We then analyzed the degree of amyloidosis at different times during the animal's life to establish the pattern of intracellular aggregation. Fig. 2(A, B) shows the time course of amyloid formation as visualized by ThS staining. The animals were processed and stained at 48, 72, 96 and 120 h after being synchronized at the embryo stage. All transgenic strains show an increment in the total amyloid deposit area as they age (Fig. 2B). However, the animals expressing the Aβ variants show fewer amyloid aggregates than those that express the Aβwt at all ages. The worms expressing the NIC variant start showing amyloid deposits by 48 h but to a lesser extent than those expressing the Aβwt. Over the next time points (up to 120 h) the formation of amyloid deposits increased in these animals, but to a much lesser extent than in those expressing the Aβwt (Fig. 2A, B) as anticipated from previous in vitro experiments [14]. We were not able to detect any ThS positive spots until 72 h in the animals that express the Arctic variant, which suggests a delay in the formation of mature amyloid deposits as expected. However, in the next time points, the degree of amyloid formation in these transgenic animals was very poor, even lower than those expressing the NIC variant (Fig. 2A, B). We expect this low level of amyloid formation of the Arctic variant is due to the poor expression of the transgene compared with the strains carrying the wild type and NIC variants (Fig. 1C, D). Fig. 3 shows the expression of the three Aβ variants in the transgenic C. elegans lines by immunofluorescence (120 h). They all show expression of the Aβ peptide (green) in the muscle cells identified by phalloidin staining of actin filaments (red). As shown in the orthogonal analyses (Fig. 3B, D, F) the Aβ concentrated in aggregates is mainly located between the actin filaments, which are well observed in C. elegans overexpressing the Aβwt variant (Fig. 3A, B). Even though the Arctic variant formed very few and small amyloid deposits (probably as a consequence of low expression of the transgene (Fig. 1D)), the peptide accumulates in what appears to be fairly big amorphous aggregates, which were Aβ-immunoreactive (Fig. 3C, D). We do not observe clear muscle degeneration in any of the transgenic strains since actin fibers look fairly intact (Fig. 3).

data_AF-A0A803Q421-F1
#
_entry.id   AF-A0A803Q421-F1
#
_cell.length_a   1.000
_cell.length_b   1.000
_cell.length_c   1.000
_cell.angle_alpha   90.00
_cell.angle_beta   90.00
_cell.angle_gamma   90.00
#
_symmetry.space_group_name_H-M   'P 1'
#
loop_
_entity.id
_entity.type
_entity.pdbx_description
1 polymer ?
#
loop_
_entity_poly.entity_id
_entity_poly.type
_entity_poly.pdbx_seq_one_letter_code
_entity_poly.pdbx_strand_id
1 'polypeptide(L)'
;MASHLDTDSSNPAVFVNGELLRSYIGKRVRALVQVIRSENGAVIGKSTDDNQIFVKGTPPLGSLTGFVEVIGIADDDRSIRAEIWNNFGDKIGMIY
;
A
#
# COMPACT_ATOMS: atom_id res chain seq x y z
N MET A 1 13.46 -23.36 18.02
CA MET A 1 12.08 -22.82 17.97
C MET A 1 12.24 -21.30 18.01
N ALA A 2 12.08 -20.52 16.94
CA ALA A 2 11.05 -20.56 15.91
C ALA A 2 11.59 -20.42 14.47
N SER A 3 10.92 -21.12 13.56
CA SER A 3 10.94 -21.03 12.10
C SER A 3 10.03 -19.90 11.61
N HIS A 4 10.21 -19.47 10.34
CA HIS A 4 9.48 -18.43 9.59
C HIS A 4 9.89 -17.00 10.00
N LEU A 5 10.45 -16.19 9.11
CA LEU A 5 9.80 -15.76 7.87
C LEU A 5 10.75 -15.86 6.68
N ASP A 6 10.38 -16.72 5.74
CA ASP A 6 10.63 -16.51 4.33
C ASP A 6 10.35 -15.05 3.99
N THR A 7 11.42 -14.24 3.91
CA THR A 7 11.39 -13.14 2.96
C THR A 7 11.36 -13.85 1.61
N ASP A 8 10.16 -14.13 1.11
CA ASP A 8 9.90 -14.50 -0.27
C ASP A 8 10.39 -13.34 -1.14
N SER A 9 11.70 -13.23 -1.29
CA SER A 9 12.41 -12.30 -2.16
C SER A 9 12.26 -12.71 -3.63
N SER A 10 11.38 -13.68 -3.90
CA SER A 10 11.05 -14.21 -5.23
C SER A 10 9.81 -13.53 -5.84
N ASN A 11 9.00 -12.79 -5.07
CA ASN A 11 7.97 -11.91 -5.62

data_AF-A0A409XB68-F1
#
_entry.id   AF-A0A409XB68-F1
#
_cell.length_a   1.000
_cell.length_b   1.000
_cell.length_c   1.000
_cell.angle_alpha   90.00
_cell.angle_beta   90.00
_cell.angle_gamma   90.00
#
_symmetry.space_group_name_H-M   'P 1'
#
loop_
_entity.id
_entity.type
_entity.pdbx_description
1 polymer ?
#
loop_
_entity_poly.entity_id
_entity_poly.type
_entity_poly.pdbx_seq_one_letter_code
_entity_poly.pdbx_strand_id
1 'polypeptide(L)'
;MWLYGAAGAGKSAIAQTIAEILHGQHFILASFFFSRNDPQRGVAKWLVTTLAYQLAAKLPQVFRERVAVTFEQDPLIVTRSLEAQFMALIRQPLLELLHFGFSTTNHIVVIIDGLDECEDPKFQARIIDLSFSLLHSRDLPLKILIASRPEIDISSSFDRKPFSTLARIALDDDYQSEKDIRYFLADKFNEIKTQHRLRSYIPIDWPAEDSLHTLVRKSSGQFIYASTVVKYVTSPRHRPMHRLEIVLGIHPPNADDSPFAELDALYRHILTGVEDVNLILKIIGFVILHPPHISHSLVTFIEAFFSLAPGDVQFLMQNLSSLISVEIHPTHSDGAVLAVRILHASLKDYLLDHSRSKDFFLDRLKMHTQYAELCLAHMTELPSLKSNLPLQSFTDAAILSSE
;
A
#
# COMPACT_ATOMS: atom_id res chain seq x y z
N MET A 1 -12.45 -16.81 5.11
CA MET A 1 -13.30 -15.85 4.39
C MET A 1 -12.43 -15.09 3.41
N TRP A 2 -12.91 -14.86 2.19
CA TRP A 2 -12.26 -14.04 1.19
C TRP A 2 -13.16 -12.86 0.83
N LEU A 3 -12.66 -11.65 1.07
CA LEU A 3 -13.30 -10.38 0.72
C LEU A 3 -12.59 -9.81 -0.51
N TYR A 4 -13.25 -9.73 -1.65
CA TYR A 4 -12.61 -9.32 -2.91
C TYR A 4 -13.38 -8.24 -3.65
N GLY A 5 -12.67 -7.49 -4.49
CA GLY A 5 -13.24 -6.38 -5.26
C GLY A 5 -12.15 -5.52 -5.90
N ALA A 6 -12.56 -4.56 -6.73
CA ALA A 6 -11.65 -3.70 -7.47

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Figure 2

Amyloid formation in transgenic C. elegans expressing different Aβ variants. A. Images show ThS stained C. elegans that express the Aβ1–42 wt or its variants Arctic and NIC. The visualization of the amyloid deposits (arrow heads) in these strains is shown at 48 h (larval stage L4), 72 h (1 day old adult), 96 h (2 day old adult) and 120 h (3 day old adult) of development. The images are representative of 4 experiments where 40 worms were analyzed for each time point. Bar 20 μm. B. Quantification of amyloid deposit area in ThS stained transgenic C. elegans expressing the Aβ variants mentioned above. The quantification of the amyloid deposit area was also done at 48, 72, 96 and 120 h of development in the head of at least 40 worms for each time point, from the tip of the heat to the end of the pharynx (see Fig. 4A).